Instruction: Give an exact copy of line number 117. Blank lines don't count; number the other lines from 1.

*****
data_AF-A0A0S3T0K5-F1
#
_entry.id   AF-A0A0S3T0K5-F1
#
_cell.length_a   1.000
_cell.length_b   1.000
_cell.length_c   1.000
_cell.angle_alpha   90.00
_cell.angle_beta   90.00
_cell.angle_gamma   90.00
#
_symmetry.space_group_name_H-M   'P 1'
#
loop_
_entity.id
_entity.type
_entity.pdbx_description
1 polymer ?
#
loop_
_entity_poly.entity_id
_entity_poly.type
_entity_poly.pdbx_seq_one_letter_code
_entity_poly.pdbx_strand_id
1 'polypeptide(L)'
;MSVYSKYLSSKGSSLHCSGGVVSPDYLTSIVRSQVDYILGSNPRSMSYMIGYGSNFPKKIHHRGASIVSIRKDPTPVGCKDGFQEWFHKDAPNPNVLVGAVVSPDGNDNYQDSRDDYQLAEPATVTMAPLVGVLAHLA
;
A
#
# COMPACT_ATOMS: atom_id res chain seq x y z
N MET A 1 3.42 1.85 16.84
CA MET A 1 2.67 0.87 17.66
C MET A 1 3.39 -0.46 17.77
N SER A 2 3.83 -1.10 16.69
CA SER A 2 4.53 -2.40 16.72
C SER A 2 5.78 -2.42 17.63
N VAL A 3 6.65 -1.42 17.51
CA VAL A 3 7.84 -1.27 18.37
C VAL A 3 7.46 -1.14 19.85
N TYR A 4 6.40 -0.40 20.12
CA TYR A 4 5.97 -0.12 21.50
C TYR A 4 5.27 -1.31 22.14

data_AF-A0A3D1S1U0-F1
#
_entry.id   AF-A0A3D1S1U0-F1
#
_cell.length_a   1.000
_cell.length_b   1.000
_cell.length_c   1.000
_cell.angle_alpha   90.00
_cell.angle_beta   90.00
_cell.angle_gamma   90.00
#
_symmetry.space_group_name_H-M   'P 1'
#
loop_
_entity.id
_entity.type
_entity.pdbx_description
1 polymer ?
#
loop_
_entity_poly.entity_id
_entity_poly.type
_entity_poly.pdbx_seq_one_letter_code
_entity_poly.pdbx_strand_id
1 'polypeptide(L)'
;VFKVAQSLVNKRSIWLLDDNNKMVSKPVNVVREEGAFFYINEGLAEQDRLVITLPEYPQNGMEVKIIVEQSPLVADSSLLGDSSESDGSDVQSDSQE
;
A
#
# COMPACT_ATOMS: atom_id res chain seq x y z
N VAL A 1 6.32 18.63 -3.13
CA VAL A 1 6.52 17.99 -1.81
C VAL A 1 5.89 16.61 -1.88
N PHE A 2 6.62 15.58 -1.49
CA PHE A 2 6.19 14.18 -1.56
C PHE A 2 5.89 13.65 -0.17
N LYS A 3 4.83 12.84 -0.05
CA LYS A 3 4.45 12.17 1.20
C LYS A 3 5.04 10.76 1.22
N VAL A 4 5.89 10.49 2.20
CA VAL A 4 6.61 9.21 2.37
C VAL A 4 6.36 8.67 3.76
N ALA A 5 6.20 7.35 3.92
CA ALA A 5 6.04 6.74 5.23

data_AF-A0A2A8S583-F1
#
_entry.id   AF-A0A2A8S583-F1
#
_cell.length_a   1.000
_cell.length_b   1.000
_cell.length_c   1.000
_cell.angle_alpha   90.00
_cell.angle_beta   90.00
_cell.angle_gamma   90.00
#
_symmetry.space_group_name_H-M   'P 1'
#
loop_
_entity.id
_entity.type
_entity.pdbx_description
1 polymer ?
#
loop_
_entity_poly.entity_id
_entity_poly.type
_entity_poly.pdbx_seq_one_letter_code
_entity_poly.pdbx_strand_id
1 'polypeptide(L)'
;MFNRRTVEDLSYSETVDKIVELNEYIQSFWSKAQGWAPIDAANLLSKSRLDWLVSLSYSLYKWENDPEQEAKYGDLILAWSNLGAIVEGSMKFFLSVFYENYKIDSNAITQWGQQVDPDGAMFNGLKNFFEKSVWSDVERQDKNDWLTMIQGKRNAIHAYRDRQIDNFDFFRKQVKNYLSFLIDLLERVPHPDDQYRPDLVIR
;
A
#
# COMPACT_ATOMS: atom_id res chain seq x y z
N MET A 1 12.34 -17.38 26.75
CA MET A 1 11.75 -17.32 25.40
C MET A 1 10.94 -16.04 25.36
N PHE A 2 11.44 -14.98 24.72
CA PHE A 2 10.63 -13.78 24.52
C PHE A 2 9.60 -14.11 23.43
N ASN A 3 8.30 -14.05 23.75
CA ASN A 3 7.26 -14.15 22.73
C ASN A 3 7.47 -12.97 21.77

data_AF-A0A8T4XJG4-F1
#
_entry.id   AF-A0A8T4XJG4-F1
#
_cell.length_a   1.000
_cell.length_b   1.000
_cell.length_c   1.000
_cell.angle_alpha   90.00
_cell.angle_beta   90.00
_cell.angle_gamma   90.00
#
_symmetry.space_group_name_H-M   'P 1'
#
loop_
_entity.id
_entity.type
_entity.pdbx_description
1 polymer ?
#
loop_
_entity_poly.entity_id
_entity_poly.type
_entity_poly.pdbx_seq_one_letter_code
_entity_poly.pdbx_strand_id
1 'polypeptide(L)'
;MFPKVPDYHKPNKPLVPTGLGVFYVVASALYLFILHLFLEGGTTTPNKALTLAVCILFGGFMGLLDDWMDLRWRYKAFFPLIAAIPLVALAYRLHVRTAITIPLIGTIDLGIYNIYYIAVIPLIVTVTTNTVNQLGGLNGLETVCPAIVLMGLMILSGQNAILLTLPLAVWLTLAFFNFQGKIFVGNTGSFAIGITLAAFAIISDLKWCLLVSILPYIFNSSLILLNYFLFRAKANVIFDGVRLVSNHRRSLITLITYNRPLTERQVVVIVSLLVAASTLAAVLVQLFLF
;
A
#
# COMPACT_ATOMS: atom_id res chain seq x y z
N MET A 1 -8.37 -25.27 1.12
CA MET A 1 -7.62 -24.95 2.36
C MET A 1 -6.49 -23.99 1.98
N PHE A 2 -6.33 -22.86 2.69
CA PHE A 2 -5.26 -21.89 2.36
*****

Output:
N MET A 1 12.34 -17.38 26.75